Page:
Monday, September 24, 2018

TRAIN, inflation and Dutertenomics

A number of my friends shared the article by Men Sta. Ana of AER last week, He wrote there,

"If not TRAIN, what are the principal factors driving inflation? Global factors like the sharp increase in world crude oil prices and the hike in US interest rates (contributing to the peso depreciation) account for a significant part of the inflation. Typhoons or weather disturbances have resulted in higher prices of vegetables."

I commented that such reasoning is OA, palusot pero hindi lusot.

I have been asking this question over and over and zero reply from Dutertenomics and its supporters -- If this is true, then many if not ALL other countries in Asia, elsewhere should have experienced similar level of inflation hikes as the PH, right? They did NOT, the reverse happened for many neighbors, as world oil prices rise, as US int rates rise, their inflation declines.

World oil price hikes are temporary, not permanent. We saw $110+/barrel oil, we also saw $25/barrel oil, so people are less panicky about such world oil price swings. 

But oil tax hikes by legislation are permanent, forever, unless repealed by another law. That is what many people react to. The ordinary barber or vendor – oil cost for his motorcycle, LPG for house cooking, veggies, chicken etc from provinces brought by trucks, his monthly electricity bill, etc – ALL have risen by significant amount because of TRAIN tax tax tax, as early as January-Feb. So they have to raise their barber charge, their palengke price mark up. And current inflation does not even include fare hikes by buses, taxi, UV express, jeepneys beyond initial P1 hike.

A young UPSE fellow alumni, Jose Endrinal, posted yesterday:

Nonoy Oplas, you might want to take a look at this:

We're the only developing country that is among the top 10 net importers [bottom of the list], except India. The short answer is that because we are more dependent on oil than other Asian countries, the oil price increases from outside hit us the hardest and in a different way.

Now you can make the case that tax hikes aggravated the problem, but you have to distinguish between which factors produce more of the increase. It isn't fair to blame tax hikes when it produces little of the effect compared to increases in world oil price.

I checked the link. KR, JP, CN, IN, PH among the top 10 net importers of oil, 2014 data. Sige pagbigyan ang old data. Now see this, one of the slides I presented at BMAP (Bank Marketing Association of the Philippines) last Friday. Despite the continued rise in world oil prices this year, 2018 ytd vs 2017 inflation, KR experienced a decline, 1.9% to 1.4%; JP and CN experienced an increase but only by 0.5%. PH increase is far out, 2.9% to 4.8% or 1.9 % pts increase. ALL of these countries did not have tax-tax-tax in oil and other products except the PH.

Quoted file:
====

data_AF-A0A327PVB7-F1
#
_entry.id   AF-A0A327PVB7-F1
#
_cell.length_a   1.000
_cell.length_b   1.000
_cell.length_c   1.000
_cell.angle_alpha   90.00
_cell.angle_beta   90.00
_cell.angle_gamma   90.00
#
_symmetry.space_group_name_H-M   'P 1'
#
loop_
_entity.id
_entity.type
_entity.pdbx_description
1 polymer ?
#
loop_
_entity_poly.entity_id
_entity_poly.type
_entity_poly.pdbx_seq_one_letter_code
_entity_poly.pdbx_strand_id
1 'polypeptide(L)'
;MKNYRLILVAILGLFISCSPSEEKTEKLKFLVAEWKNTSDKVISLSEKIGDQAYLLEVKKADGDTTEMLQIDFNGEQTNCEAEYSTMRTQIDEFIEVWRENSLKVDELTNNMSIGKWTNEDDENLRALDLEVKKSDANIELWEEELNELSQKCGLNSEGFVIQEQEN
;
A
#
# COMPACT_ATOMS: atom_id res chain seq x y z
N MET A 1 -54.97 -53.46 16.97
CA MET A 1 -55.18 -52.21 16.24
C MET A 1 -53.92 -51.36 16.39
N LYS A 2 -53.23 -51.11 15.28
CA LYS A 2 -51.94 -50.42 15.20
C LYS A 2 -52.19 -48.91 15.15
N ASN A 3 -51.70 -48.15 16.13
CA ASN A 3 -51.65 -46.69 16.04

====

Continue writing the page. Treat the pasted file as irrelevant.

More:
I can see that Dutertenomics and its supporters, rah-rah boys have little or zero humility about the real impact of their beloved TRAIN on PH inflation. Blame everything -- high world oil prices, peso depreciation, US int. rate hikes, etc. except TRAIN.

So since TRAIN is so cool and innocent, I can see that Dutertenomics and its rah-rah boys and girls will be clapping and jumping with joy when oil, lpg, coal tax hikes part 2 will occur this coming January or 3 months from now. This will give more money to their beloved govt, leave less money from their demonized rich who "consume 50% of total oil products" in the PH. Any additional inflationary pressure can be blamed on everything else except TRAIN. magaling.

Many people still insist that it is not fair to place the blame the high inflation primarily on TRAIN. Duhhh? It was still a TRAIN bill and there were many resistance in raising the tax on oil products as it will affect everything -- farm tractors, irrig pumps, threshers, harvesters, fishing boats, motorcycles, trucking of food products and other goods, transpo of people (bus, jeep, taxi, UV express, planes, ships, etc.) -- but Dutertenomics and its apologists like AER were so adamant that it won't affect the poor.

Another table I showed at BMAP forum. PH Inflation jumped quickly in Jan-Feb 2018 upon TRAIN implementation while many neighbors experienced decline or flat infl. People know that govt-legislated oil tax hikes are permanent unlike high world oil prices that can go down after sometime, like the $25/barrel we saw some 2-3 years ago.

If people will keep denying the major impact of TRAIN on inflation, then those same people will clap and jump with joy when TRAIN's oil, lpg, coal tax hikes part 2 will be implemented this coming Jan. This will give more money to their beloved government and its welfarism while this will affect mainly the rich and not the poor. Lousy.

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